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Red Sox, Nationals are only two teams to pay luxury tax this year

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The Associated Press is reporting that the Boston Red Sox and the Washington Nationals will be the only teams to pay the luxury tax this offseason. For the first time since the advent of the luxury tax in 2003, the New York Yankees will not be paying the tax.

Baseball teams pay a 17.5 percent luxury tax for going over the designated threshold. If those teams stay over for a second, third, and fourth consecutive year, those penalties rise to 30, 40, and 50 percent, respectively. Those thresholds for 2018-21 are $197 million, $206 million, $208 million, and $210 million, respectively.

August 31st payroll levels are what trigger the tax. Boston’s luxury tax payroll as of that date was $238.4 million. It is projected that they will pay $11.3 million in luxury tax as a result. The Nationals’ payroll is $203.9 million, forcing them to pay a projected tax of $2.1 million. The Yankees are just under the threshold at $192.1 million. The Giants and Dodgers are even closer to that threshold than the Yankees. San Francisco’s August 31 payroll is at $195.3 million, L.A’s is at $194.5 million.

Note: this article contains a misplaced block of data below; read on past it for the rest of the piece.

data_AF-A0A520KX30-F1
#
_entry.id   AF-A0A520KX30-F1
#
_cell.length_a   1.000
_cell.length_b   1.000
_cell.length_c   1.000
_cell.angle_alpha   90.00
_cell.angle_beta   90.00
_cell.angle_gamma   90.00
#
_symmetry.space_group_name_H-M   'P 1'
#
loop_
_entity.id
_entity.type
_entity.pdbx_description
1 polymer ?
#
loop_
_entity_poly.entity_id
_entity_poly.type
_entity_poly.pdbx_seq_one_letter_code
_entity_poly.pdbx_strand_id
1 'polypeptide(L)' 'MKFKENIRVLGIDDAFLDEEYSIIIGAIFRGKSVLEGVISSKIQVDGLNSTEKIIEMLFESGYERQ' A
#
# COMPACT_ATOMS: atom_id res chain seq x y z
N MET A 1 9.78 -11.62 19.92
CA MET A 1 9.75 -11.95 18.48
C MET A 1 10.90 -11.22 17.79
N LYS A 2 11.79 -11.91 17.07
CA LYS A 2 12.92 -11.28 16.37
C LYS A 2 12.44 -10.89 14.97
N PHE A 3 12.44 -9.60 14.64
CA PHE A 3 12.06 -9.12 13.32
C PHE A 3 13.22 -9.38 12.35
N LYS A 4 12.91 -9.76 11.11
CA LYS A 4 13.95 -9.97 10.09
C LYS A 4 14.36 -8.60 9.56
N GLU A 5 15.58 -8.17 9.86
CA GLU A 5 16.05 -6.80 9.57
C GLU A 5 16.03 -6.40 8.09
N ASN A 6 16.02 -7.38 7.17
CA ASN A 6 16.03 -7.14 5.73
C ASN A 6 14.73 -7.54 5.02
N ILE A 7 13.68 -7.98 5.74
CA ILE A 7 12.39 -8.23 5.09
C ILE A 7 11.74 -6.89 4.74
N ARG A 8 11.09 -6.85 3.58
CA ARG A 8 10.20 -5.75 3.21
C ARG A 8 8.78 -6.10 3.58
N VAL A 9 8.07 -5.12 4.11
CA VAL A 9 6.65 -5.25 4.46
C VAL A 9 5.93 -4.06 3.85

By getting under the $197 million mark, the Yankees reset their luxury tax rate going forward, so if they exceed it next year, their tax rate will be down at that 17.5% rate instead of the 50% rate they’d be paying if they remained above it in 2018. That means they’re more likely to be a player for free agents this offseason than if they hadn’t tightened their belts a bit down from 50% for being multi-year offenders of MLB’s soft salary cap.

Nick Senzel to miss a few weeks due to ankle injury

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Reds prospect Nick Senzel will miss at least the next few weeks due to a sprained right ankle, Bobby Nightengale of the Cincinnati Enquirer reports. Senzel suffered the injury in a minor league game on Monday, sliding into second base.

Last week, the Reds reassigned Senzel to minor league camp. His agent, Joel Wolfe, called it an “egregious case of service time manipulation.” The matter has been cleanly resolved with the injury, not unlike Vladimir Guerrero, Jr.

Senzel, 23, is the Reds’ No. 1 prospect, according to MLB Pipeline. He was getting work in center field this spring after playing second and third base last year (and even a game at shortstop) in the minors. With Triple-A Louisville, Senzel hit .310/.378/.509 with six home runs and 25 RBI in 193 plate appearances.